In the spring of 1818, twenty-four-year-old Abigail Foster fears she is destined to become a spinster. Her family’s finances are in ruins and the one young man she truly esteems has fallen for another woman — her younger, prettier sister Louisa.
Forced to retrench after the bank failure of Austen, Gray & Vincent, the Foster family optimistically pool their resources for another London Season for her sister in hopes of an advantageous alliance. While searching for more affordable lodgings, a surprising offer is presented: the use of a country manor house in Berkshire abandoned for eighteen years. The Fosters journey to the imposing Pembrooke Park and are startled to find it entombed as it was abruptly left, the tight-lipped locals offering only rumors of a secret room, hidden treasure and a murder in its mysterious past.
Eager to restore her family fortune, Abigail, with the help of the handsome local curate William Chapman and his sister Leah, begins her search into the heavily veiled past aided by unsigned journal pages from a previous resident and her own spirited determination. As old friends and new foes come calling at Pembrooke Park, secrets come to light. Will Abigail find the treasure and love she seeks...or very real danger?
Much in the old style of gothic historical romances that came before, this enchanting new tale of a sensible, young lady surrounded by mysteries, secrets and romance made for a lovely first time encounter with a new to me author. I have been meaning to read her books for ages and now I am dreadfully sorry that I put it off. I rarely pay attention when books are compared to certain other books mostly so my expectations don’t get too high to enjoy a story, but in this case, the comparison didn’t exaggerate. I was captivated from cover to cover. Move over Catherine Moreland from Jane Austen’s Northanger Abbey, Abigail Foster will defy the night-time noises, long-buried family secrets, and shadowy villains to find the truth of Pembrooke Park.
The story opens with Abigail Foster taking one hard blow after another. First, she discovers that the young man she hopes to marry only sees her as a good friend and is interested in her younger more beautiful sister. Then she learns that because of advice and encouragement she gave her father to invest heavily in her uncle’s financial schemes that the money is lost and now the family must retrench. They give up their lovely home and sell as much as they can. Abigail even gives up her own dowry so her mother and sister can continue to enjoy her sister’s first London Season in the style to which they are accustomed. Meanwhile, she and her father accept an unusual anonymous offer to take over the residence of a manor home in the country.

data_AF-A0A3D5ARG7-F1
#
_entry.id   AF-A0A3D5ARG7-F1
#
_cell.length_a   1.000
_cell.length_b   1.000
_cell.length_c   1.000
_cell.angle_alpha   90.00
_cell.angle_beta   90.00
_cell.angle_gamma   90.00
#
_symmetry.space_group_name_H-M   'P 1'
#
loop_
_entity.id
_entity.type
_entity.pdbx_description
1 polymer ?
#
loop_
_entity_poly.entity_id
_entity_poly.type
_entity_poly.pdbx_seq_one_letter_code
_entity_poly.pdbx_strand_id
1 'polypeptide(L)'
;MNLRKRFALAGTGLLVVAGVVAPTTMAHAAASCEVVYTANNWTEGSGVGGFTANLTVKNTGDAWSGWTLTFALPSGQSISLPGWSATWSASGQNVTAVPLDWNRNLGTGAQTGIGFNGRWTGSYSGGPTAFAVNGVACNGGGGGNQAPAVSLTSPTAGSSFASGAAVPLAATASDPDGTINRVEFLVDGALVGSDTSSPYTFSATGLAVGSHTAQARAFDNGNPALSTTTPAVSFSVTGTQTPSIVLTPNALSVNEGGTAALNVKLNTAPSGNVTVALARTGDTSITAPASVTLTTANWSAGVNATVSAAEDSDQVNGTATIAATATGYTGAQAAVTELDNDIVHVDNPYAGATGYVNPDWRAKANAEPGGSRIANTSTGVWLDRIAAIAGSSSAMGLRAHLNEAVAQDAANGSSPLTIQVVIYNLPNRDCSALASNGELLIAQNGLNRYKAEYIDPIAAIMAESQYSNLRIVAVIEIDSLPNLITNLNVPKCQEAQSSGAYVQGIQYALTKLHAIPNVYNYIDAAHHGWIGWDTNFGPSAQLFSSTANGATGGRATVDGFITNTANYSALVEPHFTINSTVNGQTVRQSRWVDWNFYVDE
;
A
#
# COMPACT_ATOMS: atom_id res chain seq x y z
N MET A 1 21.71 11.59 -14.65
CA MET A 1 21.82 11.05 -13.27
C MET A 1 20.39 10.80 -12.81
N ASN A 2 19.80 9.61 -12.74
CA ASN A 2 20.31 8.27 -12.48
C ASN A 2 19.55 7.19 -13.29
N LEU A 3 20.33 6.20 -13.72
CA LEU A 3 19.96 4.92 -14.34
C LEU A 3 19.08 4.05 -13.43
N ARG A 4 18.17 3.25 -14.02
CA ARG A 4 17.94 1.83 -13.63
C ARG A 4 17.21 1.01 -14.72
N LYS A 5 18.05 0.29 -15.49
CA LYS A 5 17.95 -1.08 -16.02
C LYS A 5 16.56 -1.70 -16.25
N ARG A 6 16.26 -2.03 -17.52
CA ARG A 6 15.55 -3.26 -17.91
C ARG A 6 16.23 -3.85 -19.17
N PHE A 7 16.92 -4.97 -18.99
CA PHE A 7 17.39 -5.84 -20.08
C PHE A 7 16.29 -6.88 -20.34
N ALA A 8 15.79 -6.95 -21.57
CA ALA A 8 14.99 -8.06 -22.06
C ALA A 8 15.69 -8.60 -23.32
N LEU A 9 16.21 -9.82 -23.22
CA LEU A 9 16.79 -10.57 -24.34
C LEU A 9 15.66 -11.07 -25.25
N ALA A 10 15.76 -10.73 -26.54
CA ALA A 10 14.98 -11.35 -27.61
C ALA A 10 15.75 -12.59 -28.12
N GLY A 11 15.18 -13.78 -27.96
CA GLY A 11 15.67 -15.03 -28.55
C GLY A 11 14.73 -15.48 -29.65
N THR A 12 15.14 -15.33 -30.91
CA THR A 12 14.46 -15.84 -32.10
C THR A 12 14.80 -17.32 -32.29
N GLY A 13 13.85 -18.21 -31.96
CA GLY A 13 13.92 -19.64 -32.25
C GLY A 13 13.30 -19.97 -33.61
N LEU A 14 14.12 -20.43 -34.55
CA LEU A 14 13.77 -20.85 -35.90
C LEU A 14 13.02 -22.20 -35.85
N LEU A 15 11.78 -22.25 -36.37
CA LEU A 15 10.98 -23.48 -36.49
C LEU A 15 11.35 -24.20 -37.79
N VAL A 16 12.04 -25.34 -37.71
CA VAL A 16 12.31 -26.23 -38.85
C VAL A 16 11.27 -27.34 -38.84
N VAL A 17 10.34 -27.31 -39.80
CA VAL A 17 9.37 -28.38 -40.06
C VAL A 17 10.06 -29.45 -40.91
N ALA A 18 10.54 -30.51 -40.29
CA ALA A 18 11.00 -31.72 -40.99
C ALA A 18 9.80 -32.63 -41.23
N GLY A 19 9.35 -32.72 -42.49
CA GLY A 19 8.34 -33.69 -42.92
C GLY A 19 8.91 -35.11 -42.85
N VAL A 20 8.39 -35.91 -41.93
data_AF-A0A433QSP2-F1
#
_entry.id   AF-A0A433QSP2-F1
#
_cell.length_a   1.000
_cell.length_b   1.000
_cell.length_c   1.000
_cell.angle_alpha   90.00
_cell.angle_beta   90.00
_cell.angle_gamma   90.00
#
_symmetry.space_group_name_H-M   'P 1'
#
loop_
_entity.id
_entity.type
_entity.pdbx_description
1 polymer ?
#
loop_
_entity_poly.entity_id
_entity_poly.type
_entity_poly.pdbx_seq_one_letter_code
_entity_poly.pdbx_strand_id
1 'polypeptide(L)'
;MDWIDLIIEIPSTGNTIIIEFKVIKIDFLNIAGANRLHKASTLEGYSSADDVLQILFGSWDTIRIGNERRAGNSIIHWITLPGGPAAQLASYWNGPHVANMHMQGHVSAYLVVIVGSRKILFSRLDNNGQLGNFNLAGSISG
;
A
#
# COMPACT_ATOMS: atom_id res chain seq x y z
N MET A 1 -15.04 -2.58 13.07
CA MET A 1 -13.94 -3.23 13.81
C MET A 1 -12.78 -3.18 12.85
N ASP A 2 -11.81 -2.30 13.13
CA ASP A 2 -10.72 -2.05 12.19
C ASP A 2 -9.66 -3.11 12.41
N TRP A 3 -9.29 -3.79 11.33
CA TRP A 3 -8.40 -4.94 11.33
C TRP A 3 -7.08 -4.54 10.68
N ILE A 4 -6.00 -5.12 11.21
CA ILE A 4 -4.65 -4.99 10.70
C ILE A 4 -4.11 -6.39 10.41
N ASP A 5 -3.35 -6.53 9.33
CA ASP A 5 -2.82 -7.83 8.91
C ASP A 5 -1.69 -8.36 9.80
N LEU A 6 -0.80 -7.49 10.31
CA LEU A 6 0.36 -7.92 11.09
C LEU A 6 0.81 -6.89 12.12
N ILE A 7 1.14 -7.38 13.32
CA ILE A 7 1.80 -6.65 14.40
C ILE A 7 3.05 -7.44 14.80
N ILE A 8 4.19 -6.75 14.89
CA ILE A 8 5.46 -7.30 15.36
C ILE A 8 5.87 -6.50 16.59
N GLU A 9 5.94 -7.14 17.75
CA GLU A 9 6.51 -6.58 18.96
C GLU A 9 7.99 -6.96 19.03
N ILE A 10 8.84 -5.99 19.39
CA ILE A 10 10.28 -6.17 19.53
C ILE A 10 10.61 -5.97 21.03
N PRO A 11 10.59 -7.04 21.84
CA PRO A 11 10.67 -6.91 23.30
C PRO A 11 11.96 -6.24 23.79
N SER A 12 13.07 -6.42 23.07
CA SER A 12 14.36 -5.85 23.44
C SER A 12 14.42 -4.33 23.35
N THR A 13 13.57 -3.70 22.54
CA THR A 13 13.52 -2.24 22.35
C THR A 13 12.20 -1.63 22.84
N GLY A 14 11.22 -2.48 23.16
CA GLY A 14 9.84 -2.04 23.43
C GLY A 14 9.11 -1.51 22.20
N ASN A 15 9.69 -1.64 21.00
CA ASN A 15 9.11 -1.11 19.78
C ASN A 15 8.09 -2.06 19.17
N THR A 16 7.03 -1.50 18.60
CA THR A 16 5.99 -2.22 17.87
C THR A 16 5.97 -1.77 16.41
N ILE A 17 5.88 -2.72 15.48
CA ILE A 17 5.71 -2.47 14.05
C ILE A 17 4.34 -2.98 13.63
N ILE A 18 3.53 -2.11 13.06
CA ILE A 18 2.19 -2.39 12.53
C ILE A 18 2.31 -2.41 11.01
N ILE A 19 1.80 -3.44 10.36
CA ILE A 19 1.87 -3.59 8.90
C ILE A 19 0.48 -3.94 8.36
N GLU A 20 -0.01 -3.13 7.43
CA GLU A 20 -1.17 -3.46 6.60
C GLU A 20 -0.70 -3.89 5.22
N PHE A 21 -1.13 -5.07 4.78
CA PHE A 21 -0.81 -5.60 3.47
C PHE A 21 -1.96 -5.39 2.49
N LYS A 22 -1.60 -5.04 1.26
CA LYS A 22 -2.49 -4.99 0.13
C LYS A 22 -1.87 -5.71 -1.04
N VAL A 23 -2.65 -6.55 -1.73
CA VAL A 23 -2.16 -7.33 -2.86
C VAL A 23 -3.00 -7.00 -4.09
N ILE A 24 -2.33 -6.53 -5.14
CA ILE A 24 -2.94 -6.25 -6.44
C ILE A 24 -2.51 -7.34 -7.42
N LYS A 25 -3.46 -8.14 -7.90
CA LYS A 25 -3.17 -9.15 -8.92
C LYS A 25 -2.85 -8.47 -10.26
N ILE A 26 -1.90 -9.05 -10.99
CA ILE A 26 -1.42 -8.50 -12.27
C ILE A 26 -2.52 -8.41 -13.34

Abigail suspects that the Pembrooke Park, the manor house they will lease at a very low rate for a 12-month has seen a less than peaceful past. It had been shut-up for twenty years and rumors are rife as to why. The former property steward and now caretaker is gruff and almost hostile with suspicion at first and then he tells them not to inquire into the past. Abigail’s father must return to town to continue to deal with their financial difficulties so she stays behind to continue to ready the disused house for the rest of her family’s arrival at the end of the Season. All is fine during the day, but in the night sounds frighten her and she is pretty sure someone is moving about. Do they seek the rumored treasure hidden in a secret room? Then the unsigned letters and journal entries start arriving showing her glimpses of past horrors.
Abigail grows close to Mac Chapman and his family especially the handsome curate, William and the shy reclusive, Leah. William and Leah encourage her in her faith and welcome her as a friend. She meets the family of the other big house and sees a potential romance blooming even if the lady of the family wants something better for her son than a lowly steward’s daughter. Slowly, Abigail becomes part of the new community and slowly the secrets of the Pembrookes come out- dangerous secrets.
This story was just amazing. There was so much going on to grab my notice. The settings, the plot threads, the characters, and even the writing style. It was a large volume of pages and yet it read so fast for me. I fairly flew through some parts just to see what would happen next. The twists and turns left me enthralled with this author’s devious way of veiling the truth and then exposing it in a dramatic fashion.